*hour

8

get to know me: [1/25] romantic relationships >> stiles & lydia (teen wolf)

“Those two…they’re pretty good together. No super strength or samurai swords, but they stay alive. He still likes her doesn’t he? Yeah. But it’s different now. You should’ve seen the way he used to be around her. You know Lydia used to pretend not to be smart? Stiles was the only one who knew. How? He payed attention. He listen to her. He remembered.”

*cries because school gets in the way of the one thing I actually care about right now: dan and phil*

anonymous asked:

I have a really tough time distinguishing border collies from Australian shepherds. Especially when they aren't their "stereotypical" colors (b&w bc, blue merle aussie). If you ever feel up to it could you make a post explaining their differences?

Sure! They can definitely be hard to distinguish, especially since they actually come in a lot of the same colors, and border collies can have pretty dramatic appearance changes but still be considered registered collies.

Colors

Like I said, if we’re talking straight colors, the two overlap a lot; here are some charts to help out:

Australian Shepherd

This breed sports a rich variety of attractive colours. The Australian Shepherd may be blue merle, red merle, black, red – all with or without white markings and/or tan point

 – taken from CKC’s Aussie standard

Border Collie

The Border Collie comes in many colours and colour combinations. The most common is black with white markings on the collar, blaze, stockings and tail tip. However, dogs may be a solid colour (with the exception of all white), bi-colour, tri-colour, merle or sable. 

– taken from CKC’s BC standard

(x)

In essence, they basically come in the same colors, just some are more common in one breed than in another (and the BC, overall, has more color variety). This can get especially confusing, like you said, when you get something like, say, a black and white working aussie or a merle show border collie; they’ll each look like each other…

Which was which again? Uh oh!

Show Conformation

The Aussie standard calls for a slightly larger dog, asking for adult males to be 20-23 in (51-58 cm) at the withers, with females being a bit smaller. Their coat is longer than a collie’s, ranging from medium to long and should be flat or a bit wavy; they’re also to have a sort of “mane” around the neck with fur that’s somewhat thicker. Standard also calls for bobbed tails, which can either be naturally bred for or docked (the bobtail gene in aussies is lethal, so just like merle dogs you can’t breed two bobbed tails together; therefore, the ones with long tails have theirs docked at birth if they’re to be to standard). In show dogs, this will be the easiest way to tell apart a BC and an aussie in my opinion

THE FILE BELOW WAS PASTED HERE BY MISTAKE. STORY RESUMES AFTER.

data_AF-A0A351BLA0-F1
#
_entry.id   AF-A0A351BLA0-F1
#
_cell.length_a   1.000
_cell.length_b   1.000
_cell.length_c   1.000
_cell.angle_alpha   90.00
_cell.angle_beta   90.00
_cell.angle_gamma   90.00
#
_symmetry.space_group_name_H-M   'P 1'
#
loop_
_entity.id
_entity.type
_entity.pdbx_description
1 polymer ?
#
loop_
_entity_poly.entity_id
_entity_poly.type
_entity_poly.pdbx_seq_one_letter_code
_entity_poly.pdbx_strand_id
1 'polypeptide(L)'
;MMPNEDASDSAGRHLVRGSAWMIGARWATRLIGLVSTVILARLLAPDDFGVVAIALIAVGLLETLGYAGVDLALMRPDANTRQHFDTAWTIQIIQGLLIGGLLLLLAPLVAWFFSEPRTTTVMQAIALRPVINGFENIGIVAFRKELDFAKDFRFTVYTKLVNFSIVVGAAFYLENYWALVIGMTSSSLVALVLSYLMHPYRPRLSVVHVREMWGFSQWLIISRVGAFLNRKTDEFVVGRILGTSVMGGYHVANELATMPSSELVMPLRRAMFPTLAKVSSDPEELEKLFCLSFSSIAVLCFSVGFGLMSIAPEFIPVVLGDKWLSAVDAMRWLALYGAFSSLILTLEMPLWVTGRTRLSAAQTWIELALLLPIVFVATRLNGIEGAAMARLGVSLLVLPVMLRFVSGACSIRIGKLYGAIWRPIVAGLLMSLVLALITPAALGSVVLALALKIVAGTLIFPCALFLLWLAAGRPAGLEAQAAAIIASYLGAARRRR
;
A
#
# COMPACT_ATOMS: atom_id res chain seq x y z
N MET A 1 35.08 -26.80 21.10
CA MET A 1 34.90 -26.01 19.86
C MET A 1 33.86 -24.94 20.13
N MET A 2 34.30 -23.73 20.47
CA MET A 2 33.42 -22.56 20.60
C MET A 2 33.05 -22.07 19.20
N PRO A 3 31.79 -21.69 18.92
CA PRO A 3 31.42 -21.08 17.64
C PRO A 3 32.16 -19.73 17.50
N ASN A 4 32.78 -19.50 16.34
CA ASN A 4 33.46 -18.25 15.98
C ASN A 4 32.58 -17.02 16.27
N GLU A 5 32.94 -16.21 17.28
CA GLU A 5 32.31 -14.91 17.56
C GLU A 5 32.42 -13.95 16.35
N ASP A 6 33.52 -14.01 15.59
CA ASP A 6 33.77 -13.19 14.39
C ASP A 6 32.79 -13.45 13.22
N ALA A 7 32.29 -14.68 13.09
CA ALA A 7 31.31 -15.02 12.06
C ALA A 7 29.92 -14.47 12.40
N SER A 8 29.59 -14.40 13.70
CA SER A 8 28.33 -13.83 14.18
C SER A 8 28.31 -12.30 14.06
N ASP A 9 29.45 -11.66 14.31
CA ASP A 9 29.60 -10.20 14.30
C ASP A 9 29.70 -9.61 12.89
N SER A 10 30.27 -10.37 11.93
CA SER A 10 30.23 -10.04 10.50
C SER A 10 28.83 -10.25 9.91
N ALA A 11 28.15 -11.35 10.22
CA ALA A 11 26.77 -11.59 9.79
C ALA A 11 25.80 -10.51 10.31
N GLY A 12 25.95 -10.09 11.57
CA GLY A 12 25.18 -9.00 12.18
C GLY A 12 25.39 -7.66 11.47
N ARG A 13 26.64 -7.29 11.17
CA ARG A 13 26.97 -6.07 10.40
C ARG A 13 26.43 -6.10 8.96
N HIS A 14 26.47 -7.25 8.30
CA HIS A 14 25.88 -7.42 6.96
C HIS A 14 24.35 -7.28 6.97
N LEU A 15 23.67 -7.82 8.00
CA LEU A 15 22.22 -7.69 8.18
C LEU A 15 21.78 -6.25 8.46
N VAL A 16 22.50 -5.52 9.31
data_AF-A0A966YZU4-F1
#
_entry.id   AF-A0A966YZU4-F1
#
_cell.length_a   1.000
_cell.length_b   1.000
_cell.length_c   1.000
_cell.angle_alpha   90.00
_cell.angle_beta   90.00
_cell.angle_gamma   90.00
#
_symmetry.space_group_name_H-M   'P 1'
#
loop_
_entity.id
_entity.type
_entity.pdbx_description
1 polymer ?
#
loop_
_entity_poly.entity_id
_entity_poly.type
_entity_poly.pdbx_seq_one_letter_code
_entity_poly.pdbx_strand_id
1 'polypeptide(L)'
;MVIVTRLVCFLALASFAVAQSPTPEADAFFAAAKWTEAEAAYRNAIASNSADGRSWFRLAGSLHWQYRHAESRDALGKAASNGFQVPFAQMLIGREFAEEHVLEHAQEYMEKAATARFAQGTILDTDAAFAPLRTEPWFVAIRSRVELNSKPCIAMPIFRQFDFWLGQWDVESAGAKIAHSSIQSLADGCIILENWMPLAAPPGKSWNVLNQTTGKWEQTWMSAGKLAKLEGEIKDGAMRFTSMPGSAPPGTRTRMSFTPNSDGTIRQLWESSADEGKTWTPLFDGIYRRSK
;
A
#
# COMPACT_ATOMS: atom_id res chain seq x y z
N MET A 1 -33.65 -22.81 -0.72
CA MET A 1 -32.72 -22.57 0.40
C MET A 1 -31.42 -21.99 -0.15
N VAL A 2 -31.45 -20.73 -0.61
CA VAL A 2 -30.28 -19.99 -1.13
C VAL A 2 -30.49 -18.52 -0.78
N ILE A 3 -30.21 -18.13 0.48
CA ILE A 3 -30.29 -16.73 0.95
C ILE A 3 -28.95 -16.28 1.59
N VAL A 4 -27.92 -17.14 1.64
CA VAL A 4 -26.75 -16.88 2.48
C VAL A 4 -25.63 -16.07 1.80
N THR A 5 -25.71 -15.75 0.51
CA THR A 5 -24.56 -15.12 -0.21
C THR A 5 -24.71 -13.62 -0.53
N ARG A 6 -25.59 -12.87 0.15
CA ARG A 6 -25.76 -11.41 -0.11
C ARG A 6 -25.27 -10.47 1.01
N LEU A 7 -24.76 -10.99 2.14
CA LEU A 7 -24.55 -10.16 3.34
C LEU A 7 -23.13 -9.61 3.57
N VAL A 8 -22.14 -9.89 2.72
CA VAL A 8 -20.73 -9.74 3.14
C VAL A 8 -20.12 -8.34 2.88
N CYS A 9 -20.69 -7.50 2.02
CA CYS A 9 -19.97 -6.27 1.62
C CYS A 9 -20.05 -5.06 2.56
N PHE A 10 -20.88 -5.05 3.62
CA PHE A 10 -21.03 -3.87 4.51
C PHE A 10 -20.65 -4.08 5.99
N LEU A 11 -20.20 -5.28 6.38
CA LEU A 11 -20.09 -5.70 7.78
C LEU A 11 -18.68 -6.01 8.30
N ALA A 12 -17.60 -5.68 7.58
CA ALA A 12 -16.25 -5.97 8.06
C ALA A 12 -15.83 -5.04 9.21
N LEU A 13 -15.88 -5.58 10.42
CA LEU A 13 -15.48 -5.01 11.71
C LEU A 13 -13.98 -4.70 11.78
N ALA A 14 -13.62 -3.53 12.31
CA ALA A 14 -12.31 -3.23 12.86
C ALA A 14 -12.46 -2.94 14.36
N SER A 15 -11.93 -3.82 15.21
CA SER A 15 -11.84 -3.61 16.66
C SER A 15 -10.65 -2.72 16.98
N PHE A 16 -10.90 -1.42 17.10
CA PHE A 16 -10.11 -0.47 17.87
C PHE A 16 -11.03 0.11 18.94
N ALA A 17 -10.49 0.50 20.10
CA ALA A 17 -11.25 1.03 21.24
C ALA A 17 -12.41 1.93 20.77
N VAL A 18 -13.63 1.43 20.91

For the Border Collies, they’re meant to be a little smaller with adults in the 18-22 in (46-56 cm) range. Their coats can either be short throughout the entire body with feathering on the back of the elbows/tail, or they can be longer like an Aussie’s, either flat or a little wavy. Their tails are to be kept long!

Show Conformation Comparison

When looking at the two side by side here, you can see that the aussie is slightly larger and looks a bit more square than the collie. Obviously you’ve got the bobtail on the aussie and the natural on the other, and you can also see that the aussie’s ears drop a bit more fully, while a collie’s drop at the ends but are more upright. The border collie also has a slightly thinner muzzle. Aussies always look like they’re standing a bit straighter and taller in stack to me, as well.

Working Conformation

This is where Hell starts. Why? Cause everybody looks the same. At this point, in my opinion, you kind of have to go on a dog-by-dog basis; some working line breeders will still breed to standard, however some also don’t care and just want a highly effective dog regardless of what it looks like. Border Collies, from what I’ve seen, vary MUCH more widely than aussies as far as working lines go, so much that some BC’s dont even really look like BCs but just cattledog mixes (and some of them are, IIRC; I believe that as long as a dog vaguely resembles a BC, it can be registered as such under some breed clubs? don’t quote me on that). However, let’s give it a try anyway

So working line aussies don’t necessarily have bobtails anymore, and many keep their long tails. The ears are not consistently half dropped as they were, either, and a lot of dogs will get rose ears (like the B&W below) or full pricked ears (like the red tri below), though I don’t think I’ve personally seen a lot of full pricks on aussies, usually half drops or rose. The body still looks a little squarer compared  to the collies which we’ll look at below

Working collies still always have full tails (obviously), and now their ears defy both science and gravity and do whatever they want. Their bodies are pretty thin and lanky, and I think its working collies in particular that are known for having them crazy eyes and staring down anything that moves (though im sure the show lines have these too, but we all know working line anything is gonna be intense).

In Conclusion

I TRIED! I gave you all the aces up my sleeve, anon, I hope some of them helped! If any of my more sheepdog-savvy followers know more ways to tell them apart, feel free to reblog and add info!

Images not mine!